But I was what they call a late bloomer and at twelve, I was still a skinny five foot one, when all the boys I knew from Palm Acres or school were spouting up around me faster than the crab grass around our septic tank. On that first day of try-outs, I pushed myself onto the field. Thick Slovak Jerry Kukarick, about the only kid I knew from school, was there picking guys for the team. I had helped him and his buddies cheat once on the history test with answers I stole from the teacher’s desk just to get the guys to like me, and was hopin’ he and his friends would remember the favor. But Kukarick, who frankly looked goofier than Robbie, and who already towered over me even though I was two months older than him, took one look at my skinny ass and muttered, “Nay, if we can’t get better than that, we might as well let that retard Robbie fuck our little butts. Like he does yours, right, Joshy?”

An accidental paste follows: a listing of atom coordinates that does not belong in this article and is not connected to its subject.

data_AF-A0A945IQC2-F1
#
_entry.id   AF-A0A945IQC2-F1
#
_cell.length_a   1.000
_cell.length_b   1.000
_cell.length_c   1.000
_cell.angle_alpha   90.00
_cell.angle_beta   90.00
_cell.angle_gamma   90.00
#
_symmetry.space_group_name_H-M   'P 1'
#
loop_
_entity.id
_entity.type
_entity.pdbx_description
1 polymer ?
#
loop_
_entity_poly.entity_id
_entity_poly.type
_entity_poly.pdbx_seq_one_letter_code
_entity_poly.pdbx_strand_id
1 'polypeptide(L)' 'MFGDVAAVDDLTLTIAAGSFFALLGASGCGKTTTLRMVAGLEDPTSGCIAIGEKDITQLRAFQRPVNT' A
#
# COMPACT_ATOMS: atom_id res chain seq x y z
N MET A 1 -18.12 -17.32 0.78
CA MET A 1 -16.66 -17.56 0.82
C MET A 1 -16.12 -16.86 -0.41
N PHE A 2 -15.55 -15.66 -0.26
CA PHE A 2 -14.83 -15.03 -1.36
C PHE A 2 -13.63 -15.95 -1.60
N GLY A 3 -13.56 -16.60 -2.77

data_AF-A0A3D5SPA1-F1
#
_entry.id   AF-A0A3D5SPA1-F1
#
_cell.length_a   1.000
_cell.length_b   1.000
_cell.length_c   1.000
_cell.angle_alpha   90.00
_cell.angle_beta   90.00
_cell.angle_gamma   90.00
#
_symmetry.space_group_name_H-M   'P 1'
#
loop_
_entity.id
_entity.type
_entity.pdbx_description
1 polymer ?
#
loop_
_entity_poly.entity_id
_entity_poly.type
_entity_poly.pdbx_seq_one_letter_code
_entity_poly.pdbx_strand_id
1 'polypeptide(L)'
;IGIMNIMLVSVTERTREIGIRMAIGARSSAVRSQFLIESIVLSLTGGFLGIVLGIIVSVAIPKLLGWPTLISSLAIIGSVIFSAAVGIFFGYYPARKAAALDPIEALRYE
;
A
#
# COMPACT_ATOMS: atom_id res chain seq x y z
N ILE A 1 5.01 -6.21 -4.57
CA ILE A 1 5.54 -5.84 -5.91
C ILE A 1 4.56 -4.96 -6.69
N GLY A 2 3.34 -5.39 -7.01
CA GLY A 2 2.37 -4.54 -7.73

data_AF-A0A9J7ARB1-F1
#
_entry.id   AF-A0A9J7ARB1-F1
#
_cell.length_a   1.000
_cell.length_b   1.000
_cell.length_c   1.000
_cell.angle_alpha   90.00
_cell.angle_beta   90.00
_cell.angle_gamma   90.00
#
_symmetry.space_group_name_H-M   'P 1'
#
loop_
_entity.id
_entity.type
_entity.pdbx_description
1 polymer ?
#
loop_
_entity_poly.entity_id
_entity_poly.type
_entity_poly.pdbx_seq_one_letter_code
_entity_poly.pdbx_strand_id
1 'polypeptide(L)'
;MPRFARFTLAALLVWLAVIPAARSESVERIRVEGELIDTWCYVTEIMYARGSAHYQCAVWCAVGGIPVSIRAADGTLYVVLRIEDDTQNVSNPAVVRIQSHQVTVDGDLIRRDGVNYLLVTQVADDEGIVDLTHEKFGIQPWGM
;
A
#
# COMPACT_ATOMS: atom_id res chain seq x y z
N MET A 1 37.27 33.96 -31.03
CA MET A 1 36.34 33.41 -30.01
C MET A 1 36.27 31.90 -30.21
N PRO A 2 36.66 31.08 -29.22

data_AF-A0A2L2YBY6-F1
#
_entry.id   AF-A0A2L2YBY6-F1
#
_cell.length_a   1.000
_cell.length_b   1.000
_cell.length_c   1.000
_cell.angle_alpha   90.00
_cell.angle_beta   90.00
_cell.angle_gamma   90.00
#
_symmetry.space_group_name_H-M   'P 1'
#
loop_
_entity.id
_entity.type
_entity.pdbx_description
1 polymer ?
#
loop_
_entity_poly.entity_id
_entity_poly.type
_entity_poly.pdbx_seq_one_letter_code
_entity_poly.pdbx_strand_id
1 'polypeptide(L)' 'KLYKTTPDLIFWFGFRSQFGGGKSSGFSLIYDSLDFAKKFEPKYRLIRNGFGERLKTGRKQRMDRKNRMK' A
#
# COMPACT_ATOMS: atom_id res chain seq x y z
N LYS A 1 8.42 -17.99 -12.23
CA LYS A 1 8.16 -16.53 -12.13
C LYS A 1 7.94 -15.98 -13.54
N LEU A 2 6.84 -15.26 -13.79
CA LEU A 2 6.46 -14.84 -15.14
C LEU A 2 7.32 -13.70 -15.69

I should have cracked his head wide open with my bat—everybody was laughing—but I just muttered, “Your loss,” and walked off the field. I wasn’t gonna let on how much it hurt. It still hurts today even thinkin’ about it. At least Robbie wasn’t around to hear him. One thing, even when just a few years later I shot up to six foot four and was prime material for basketball, I never tried out for another team again.
A New Jersey native, RP Andrews graduated from Montclair State University, Upper Monclair, N.J., and holds a master’s degree from the University of Southern California in Los Angeles.
He spent most of his life and career in New York City as a public relations and marketing executive for a major healthcare system before relocating to Fort Lauderdale, Florida, in 2002. There he enjoyed a brief, second career as a university adjunct professor teaching college writing.